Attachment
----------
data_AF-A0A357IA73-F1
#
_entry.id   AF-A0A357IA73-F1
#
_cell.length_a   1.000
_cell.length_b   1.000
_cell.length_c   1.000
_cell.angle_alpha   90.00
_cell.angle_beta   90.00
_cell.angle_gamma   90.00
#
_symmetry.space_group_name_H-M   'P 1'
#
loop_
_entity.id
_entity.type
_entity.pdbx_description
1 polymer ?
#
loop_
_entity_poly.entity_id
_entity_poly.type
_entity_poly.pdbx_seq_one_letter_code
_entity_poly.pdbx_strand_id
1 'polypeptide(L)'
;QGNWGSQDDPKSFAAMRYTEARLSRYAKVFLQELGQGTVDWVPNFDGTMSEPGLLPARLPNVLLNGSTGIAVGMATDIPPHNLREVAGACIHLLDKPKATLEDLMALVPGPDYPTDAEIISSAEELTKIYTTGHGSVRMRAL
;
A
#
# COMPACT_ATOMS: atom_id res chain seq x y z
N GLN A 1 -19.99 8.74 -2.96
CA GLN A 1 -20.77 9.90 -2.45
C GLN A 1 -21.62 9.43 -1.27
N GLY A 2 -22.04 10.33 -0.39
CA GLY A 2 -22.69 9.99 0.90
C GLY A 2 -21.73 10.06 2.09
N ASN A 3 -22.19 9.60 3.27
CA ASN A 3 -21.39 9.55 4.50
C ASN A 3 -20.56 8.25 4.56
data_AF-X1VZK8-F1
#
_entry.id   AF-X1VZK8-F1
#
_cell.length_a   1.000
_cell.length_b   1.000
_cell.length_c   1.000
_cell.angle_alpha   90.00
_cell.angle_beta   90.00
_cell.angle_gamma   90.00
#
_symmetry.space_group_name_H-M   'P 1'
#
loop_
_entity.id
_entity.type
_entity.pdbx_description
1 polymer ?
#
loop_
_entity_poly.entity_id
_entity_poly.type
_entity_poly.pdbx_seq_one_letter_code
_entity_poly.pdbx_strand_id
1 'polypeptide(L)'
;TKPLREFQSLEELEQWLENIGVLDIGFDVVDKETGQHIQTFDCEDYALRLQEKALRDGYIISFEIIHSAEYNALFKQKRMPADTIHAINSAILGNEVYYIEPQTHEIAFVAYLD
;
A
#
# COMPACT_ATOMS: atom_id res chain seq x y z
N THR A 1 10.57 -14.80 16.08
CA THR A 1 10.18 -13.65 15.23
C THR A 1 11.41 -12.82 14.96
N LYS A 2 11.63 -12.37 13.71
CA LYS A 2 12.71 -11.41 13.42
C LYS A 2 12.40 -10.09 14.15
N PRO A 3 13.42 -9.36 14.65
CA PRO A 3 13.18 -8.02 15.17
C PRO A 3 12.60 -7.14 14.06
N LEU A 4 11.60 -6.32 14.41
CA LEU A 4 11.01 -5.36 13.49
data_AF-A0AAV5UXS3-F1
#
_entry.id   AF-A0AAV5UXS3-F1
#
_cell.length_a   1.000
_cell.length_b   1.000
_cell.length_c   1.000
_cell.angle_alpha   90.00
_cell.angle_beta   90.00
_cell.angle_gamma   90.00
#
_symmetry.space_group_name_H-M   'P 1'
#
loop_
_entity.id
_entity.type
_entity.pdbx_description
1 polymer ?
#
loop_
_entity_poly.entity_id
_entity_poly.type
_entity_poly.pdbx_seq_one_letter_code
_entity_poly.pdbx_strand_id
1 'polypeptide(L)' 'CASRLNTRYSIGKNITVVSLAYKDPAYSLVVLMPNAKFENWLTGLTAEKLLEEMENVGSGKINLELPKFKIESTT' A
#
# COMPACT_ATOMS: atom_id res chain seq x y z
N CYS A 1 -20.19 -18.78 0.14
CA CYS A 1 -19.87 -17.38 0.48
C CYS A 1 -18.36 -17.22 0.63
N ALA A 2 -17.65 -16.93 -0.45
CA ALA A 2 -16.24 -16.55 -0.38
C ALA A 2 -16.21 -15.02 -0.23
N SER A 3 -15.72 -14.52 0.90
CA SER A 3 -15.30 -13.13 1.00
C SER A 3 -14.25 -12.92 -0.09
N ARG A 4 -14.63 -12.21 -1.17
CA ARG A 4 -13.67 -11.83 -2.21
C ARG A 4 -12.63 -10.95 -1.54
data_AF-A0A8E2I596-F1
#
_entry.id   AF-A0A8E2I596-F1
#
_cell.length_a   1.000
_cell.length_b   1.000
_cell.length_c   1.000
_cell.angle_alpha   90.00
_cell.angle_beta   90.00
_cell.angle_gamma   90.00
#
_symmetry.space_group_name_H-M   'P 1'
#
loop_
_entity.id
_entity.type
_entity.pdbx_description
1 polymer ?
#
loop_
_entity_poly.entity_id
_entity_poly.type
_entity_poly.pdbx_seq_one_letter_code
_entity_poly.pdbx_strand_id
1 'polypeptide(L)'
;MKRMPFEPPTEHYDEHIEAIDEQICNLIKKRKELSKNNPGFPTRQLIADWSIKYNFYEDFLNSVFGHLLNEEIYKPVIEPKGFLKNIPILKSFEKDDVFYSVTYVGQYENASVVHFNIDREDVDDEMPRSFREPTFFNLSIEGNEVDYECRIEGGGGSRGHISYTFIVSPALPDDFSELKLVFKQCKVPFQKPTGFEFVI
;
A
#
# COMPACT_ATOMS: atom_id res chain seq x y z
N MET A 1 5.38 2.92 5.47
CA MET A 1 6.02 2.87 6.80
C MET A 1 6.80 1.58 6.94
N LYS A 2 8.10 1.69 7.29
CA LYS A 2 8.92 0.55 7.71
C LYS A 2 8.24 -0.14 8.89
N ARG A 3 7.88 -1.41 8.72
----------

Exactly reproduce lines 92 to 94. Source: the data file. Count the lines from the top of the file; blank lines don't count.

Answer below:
_symmetry.space_group_name_H-M   'P 1'
#
loop_